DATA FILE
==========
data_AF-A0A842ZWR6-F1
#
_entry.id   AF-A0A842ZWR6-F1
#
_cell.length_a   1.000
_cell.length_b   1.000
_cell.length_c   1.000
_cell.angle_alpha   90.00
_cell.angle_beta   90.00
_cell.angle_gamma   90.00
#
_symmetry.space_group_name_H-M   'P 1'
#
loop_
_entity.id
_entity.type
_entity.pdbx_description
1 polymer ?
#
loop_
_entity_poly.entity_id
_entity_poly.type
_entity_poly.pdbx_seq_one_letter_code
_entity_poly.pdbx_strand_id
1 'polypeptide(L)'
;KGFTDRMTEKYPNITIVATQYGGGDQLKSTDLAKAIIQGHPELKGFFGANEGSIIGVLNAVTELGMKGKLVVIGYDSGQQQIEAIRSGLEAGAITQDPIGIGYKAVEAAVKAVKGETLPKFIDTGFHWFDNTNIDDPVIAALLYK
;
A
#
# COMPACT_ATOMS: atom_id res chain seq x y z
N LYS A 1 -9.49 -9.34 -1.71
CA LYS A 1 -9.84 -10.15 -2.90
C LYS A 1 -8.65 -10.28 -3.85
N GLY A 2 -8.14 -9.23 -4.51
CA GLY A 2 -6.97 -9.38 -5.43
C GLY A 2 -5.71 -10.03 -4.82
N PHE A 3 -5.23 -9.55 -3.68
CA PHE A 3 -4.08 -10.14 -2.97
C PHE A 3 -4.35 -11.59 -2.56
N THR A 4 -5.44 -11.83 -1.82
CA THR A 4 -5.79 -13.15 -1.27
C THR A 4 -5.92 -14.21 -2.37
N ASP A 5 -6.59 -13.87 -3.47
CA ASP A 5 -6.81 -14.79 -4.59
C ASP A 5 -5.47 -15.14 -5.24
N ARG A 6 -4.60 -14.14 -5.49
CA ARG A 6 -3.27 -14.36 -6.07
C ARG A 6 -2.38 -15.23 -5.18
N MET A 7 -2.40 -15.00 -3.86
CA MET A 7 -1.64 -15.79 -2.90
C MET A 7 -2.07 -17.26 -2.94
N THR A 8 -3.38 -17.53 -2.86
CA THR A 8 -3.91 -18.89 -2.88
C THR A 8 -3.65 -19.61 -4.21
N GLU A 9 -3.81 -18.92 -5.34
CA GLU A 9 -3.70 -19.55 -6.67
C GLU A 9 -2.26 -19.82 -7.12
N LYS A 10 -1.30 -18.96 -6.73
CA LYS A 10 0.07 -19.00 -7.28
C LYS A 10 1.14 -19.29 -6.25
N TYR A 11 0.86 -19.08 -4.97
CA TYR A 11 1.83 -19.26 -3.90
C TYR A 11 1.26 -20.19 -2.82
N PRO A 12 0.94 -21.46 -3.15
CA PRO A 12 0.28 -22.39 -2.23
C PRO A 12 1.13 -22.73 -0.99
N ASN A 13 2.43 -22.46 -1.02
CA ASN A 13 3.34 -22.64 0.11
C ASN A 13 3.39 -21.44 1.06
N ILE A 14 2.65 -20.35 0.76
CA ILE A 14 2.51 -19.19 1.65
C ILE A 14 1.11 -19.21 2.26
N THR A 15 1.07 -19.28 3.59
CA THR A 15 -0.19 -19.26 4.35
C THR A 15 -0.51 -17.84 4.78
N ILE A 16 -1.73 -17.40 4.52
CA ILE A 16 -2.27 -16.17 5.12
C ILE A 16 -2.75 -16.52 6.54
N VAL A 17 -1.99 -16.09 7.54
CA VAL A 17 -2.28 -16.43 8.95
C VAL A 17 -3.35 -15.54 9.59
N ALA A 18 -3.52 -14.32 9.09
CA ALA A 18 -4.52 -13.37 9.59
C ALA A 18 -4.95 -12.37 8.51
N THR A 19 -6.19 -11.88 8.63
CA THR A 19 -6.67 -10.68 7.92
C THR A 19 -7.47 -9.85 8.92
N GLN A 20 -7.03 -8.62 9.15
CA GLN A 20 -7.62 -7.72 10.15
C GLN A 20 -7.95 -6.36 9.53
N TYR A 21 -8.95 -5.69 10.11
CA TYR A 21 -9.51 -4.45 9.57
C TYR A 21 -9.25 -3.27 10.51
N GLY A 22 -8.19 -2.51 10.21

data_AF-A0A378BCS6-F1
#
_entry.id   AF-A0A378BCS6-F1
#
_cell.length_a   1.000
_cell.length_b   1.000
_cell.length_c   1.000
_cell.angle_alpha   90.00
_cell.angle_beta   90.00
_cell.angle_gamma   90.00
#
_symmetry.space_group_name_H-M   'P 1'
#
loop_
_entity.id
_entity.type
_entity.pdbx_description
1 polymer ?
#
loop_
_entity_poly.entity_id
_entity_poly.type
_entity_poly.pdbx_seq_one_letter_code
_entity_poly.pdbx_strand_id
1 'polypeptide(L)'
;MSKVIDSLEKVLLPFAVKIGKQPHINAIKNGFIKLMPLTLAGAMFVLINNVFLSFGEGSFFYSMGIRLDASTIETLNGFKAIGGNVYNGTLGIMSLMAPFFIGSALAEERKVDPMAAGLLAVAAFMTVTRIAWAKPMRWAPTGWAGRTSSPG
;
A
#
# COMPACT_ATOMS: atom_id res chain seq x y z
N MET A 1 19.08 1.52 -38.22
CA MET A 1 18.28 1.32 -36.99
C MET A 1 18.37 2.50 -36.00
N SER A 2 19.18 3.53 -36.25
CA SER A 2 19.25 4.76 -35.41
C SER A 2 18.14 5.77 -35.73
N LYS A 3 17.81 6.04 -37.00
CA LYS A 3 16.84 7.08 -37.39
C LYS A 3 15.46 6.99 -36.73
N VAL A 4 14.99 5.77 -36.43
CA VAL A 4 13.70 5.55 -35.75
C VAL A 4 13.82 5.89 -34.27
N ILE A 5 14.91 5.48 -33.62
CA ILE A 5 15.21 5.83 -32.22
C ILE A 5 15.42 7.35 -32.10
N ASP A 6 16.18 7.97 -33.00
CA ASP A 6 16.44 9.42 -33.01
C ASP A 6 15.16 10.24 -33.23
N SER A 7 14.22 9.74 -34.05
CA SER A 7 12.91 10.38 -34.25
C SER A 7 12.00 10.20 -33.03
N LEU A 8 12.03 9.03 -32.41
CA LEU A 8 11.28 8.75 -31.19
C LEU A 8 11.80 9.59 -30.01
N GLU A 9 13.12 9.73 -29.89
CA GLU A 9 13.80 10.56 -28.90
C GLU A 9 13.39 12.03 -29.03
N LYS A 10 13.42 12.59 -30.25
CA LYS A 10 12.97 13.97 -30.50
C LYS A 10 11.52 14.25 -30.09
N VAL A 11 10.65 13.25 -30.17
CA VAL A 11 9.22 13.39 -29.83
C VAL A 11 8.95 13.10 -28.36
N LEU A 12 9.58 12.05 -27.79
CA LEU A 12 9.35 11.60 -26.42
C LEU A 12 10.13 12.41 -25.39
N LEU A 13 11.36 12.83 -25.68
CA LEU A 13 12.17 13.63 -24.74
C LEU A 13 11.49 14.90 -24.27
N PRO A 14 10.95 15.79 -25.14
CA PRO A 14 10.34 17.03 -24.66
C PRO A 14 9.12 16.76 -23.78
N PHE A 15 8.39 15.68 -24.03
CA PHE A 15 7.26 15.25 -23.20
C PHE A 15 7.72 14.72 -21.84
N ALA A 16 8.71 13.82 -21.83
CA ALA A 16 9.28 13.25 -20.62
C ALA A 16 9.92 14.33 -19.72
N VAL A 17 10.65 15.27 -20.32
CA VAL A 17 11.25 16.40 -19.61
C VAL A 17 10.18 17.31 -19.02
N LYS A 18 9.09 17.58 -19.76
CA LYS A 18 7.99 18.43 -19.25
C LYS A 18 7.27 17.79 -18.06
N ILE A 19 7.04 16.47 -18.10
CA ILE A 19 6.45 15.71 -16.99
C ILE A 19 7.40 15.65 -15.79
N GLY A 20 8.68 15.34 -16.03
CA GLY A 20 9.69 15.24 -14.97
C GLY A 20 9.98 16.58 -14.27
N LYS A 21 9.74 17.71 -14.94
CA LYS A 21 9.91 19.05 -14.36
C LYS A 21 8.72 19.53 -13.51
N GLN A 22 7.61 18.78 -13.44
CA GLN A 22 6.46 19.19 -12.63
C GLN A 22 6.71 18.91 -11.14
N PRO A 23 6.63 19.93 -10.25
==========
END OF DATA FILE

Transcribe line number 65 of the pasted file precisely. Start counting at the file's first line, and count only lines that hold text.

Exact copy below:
CA PRO A 12 0.28 -22.39 -2.23